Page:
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Have you ever thought where we would be if we didn’t have an imagination?

We’d be lost and hungry, for a start.

Let me explain.

Imagination is the ability to form new images and sensations in the mind that are not perceived through senses such as sight, hearing, or other senses. It is a mental process, which is not visible to others. Imagination makes use of relevant knowledge and previous learning to solve problems

This is why I say that without an imagination we would all be lost and hungry. Without an imagination, nobody would be able to translate an abstract concept like a road map into the reality of the roads. The same applies to recipes. Imagination is what enables a person to turn a bunch of words into a wonderful dish.

In the business world, trainers emphasize ‘thinking outside the box’ and ‘lateral thinking’ in problem solving. What do they mean by that? Simply put, they might as well have told their trainees to ‘use your imagination.’

In today’s world, we want to be visually entertained. We watch movies, TV series, we play computer games etc. These are the products of somebody else’s imagination. Our own mind’s eye becomes lazy to the point of not being able to ‘see’ without ‘seeing’. We forget how to think in the abstract. We rely on imagination borrowed from somebody else.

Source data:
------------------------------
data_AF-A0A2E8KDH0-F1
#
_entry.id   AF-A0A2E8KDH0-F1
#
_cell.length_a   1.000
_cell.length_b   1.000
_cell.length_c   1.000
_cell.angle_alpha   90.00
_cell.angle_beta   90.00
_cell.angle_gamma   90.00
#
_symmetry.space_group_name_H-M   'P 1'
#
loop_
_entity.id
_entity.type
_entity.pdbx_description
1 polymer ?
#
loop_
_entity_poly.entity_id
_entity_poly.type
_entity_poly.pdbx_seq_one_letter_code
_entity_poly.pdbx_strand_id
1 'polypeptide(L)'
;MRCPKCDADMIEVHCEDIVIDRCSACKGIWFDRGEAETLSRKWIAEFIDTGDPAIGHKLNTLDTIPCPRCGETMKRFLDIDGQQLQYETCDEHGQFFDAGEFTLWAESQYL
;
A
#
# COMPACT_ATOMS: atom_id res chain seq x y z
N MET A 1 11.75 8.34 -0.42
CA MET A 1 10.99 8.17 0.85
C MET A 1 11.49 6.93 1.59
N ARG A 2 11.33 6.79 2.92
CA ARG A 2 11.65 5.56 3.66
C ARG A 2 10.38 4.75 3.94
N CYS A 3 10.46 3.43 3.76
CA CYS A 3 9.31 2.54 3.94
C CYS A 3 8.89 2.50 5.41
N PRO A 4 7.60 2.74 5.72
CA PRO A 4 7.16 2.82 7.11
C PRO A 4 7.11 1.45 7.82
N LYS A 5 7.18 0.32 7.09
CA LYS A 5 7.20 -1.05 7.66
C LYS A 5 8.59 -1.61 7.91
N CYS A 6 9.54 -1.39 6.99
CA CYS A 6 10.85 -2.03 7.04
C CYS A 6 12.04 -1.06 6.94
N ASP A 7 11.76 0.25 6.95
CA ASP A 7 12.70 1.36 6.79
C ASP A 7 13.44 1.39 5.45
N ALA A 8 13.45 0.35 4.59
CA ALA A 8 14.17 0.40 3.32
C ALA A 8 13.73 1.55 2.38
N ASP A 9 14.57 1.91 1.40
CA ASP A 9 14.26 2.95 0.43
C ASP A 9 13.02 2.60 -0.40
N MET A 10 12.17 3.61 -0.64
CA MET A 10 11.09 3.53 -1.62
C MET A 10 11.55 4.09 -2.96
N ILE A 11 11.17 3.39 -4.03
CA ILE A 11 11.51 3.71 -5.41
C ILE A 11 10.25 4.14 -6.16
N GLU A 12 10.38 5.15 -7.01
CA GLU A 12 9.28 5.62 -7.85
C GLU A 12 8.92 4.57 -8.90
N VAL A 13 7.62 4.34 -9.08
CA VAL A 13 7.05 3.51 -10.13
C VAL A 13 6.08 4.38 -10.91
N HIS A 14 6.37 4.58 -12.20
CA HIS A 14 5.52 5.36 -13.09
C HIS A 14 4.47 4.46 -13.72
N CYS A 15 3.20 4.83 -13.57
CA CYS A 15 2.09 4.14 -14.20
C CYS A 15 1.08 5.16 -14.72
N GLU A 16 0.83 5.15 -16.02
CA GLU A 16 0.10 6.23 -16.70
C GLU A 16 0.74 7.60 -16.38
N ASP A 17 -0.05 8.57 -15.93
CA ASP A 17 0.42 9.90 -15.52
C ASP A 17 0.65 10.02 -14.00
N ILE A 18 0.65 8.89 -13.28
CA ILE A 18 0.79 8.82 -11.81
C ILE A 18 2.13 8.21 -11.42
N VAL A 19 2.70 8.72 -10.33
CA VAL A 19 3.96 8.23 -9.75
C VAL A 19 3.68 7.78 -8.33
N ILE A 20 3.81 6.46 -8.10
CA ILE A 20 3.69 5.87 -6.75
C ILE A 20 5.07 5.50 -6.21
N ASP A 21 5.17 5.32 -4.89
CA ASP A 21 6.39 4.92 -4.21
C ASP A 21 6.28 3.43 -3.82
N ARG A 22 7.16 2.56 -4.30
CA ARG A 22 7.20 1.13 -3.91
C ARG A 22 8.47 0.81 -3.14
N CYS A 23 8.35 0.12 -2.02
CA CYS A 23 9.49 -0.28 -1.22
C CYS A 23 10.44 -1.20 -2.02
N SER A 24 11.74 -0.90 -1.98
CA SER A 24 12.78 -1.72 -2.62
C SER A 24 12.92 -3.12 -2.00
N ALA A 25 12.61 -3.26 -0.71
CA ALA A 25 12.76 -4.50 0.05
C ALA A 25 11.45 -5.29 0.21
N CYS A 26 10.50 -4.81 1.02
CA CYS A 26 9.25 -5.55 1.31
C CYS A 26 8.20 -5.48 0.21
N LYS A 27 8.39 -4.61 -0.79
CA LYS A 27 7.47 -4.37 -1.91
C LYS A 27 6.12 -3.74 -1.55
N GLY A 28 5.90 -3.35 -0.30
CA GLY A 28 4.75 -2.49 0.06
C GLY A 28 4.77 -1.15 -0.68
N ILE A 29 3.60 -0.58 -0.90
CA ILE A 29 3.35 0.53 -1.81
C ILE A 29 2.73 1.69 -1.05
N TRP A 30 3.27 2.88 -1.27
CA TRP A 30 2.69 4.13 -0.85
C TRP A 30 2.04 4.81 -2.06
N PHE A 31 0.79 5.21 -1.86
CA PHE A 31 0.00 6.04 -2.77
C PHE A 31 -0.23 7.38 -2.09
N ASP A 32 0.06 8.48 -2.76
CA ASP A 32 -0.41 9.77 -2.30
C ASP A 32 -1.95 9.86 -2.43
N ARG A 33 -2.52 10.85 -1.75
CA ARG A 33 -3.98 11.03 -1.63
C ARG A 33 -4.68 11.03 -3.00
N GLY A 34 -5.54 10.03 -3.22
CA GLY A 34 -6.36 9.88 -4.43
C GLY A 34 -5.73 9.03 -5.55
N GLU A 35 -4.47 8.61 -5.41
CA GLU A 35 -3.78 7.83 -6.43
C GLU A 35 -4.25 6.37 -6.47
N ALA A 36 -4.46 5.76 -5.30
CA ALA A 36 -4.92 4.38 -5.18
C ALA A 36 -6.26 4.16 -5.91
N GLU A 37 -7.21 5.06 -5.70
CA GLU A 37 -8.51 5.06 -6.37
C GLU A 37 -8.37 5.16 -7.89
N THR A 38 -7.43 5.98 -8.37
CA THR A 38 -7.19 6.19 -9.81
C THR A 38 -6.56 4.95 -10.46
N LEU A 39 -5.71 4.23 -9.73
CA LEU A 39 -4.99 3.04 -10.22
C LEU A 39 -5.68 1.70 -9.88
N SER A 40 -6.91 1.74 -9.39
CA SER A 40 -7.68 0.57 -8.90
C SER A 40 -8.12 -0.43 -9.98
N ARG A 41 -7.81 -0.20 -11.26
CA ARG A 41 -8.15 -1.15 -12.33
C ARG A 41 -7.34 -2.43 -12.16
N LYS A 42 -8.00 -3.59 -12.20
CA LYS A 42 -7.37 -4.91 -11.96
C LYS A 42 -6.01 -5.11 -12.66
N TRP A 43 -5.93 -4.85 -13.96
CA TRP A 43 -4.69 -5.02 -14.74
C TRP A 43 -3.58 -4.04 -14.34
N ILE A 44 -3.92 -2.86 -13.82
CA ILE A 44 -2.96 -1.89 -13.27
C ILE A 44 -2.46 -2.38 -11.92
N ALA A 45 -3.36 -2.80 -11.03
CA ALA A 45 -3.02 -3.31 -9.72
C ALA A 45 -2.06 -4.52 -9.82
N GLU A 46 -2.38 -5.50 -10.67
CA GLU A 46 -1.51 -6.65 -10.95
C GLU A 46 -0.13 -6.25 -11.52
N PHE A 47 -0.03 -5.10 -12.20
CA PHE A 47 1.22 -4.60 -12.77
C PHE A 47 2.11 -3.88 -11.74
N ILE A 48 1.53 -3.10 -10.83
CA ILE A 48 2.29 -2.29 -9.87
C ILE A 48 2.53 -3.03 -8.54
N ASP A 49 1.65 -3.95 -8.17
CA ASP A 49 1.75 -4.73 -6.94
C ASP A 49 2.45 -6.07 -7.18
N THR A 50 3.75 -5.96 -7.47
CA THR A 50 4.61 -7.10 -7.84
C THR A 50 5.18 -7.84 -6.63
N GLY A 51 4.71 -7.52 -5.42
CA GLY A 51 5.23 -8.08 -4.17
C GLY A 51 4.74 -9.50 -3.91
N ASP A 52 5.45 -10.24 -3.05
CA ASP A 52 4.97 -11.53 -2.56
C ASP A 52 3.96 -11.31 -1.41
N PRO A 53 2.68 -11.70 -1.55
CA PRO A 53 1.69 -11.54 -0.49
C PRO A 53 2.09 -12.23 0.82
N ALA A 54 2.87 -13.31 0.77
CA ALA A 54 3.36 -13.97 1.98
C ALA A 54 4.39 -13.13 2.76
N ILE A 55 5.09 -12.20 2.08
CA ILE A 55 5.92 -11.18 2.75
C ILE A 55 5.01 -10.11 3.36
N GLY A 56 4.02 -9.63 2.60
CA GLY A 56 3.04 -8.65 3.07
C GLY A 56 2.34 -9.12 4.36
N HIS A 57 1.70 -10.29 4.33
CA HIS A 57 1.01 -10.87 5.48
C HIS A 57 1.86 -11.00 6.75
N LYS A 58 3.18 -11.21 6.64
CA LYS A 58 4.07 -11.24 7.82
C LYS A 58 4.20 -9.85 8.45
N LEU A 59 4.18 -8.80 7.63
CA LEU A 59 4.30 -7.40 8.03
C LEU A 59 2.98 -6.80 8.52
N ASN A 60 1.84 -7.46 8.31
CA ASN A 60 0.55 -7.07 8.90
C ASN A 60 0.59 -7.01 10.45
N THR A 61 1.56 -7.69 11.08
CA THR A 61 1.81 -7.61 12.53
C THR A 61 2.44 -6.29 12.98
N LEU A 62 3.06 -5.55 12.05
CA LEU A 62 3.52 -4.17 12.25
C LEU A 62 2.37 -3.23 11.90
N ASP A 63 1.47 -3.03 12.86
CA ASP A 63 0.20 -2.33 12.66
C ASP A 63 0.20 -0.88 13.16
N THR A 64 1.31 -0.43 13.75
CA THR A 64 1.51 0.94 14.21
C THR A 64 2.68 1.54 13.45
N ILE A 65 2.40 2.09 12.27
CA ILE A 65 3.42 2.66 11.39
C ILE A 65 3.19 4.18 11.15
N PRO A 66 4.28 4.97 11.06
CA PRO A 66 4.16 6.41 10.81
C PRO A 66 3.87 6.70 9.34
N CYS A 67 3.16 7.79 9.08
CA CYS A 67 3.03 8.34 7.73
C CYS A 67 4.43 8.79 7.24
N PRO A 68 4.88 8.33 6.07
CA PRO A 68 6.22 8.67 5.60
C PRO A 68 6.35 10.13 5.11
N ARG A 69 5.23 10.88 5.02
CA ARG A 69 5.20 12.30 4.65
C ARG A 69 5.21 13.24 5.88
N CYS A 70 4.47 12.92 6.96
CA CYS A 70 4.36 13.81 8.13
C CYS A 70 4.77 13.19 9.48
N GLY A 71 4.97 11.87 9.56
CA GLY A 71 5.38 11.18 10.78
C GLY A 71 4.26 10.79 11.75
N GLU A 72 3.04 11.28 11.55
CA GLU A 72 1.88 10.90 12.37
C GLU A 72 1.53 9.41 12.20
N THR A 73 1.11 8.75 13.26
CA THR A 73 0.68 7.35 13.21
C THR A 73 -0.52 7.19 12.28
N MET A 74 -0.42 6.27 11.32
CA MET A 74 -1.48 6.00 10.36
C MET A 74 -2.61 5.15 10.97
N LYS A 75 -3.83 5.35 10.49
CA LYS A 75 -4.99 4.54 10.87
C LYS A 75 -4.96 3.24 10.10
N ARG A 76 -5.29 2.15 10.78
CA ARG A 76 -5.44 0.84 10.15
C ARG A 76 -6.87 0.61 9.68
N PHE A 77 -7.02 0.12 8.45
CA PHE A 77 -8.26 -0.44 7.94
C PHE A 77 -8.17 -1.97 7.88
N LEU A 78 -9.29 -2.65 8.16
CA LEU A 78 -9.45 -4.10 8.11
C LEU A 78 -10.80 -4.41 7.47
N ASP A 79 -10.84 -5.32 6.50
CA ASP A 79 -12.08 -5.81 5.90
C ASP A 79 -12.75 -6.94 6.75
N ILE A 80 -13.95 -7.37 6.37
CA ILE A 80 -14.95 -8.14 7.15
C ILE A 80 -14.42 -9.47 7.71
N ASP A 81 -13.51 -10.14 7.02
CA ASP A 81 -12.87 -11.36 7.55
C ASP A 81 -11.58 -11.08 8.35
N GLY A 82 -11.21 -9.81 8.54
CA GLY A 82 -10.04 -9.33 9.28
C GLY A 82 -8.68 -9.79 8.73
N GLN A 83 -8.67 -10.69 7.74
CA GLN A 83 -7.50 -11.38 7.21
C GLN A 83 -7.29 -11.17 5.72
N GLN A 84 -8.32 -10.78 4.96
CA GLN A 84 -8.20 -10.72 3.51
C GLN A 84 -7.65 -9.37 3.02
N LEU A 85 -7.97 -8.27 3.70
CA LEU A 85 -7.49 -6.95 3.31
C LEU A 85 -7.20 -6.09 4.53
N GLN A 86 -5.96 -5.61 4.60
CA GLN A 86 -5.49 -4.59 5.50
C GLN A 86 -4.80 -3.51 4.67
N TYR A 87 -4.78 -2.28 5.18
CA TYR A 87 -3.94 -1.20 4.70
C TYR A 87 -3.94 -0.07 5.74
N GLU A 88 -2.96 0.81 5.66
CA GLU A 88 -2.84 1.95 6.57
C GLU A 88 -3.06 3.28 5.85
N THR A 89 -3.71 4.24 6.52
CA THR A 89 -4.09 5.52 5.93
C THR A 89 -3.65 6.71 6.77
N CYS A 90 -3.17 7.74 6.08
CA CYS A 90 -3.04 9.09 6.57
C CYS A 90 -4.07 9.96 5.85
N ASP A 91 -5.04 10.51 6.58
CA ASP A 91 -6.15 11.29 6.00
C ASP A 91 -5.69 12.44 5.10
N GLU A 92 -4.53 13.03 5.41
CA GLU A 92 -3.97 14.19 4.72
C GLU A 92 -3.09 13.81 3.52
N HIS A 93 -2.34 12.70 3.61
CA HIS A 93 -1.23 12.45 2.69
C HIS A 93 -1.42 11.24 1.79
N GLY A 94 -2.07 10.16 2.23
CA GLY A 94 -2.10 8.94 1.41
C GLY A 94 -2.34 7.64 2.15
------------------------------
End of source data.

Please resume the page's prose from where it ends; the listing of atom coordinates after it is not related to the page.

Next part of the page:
Everybody doesn’t have to be a visual artist or an author, but our imagination is what separates us from the animal kingdom. No invention would have been possible with the imagination of the inventor. Every painting and sculpture started with an idea in the imagination of the artist. Bridges, highrise buildings, airplanes, trains and spaceships, the common light bulb, the telephone, television sets, you name it, they all started as an idea formed in somebody’s head by his/her imagination.

If the imagination becomes the privilege of the few the human race will be left so much poorer. Each person should strive to develop all the faculties available to him or her. Imagination incorporates learning, previous experiences and personality to come up with solutions in a new and original forms. With a blunted imagination, this process becomes limited to the point of being useless.

One way to develop one’s inner eye is by reading. By reading a book as opposed to watching a movie based on that book, one creates mental images for oneself from the abstract words the author used to tell the story. One enters the world the author created by visualizing it. But when we watch what another person have created, our own imagination shrivels with disuse.

Read a book!

 

http://www.maggietideswell.blogspot.com/

Maggie Tideswell is the author of passionate paranormal romance novels. She lived in Johannesburg, South Africa with her husband Gareth and their three cats.  She has two books published, Dark Moon (2011) and Moragh, Holly’s Ghost (2013) and has just launched her new five book series Bridesmaids, Weddings & Honeymoons. Book 1, The Run-Away Couple, is available on Amazon. Book 2, He’s Married will be released next month.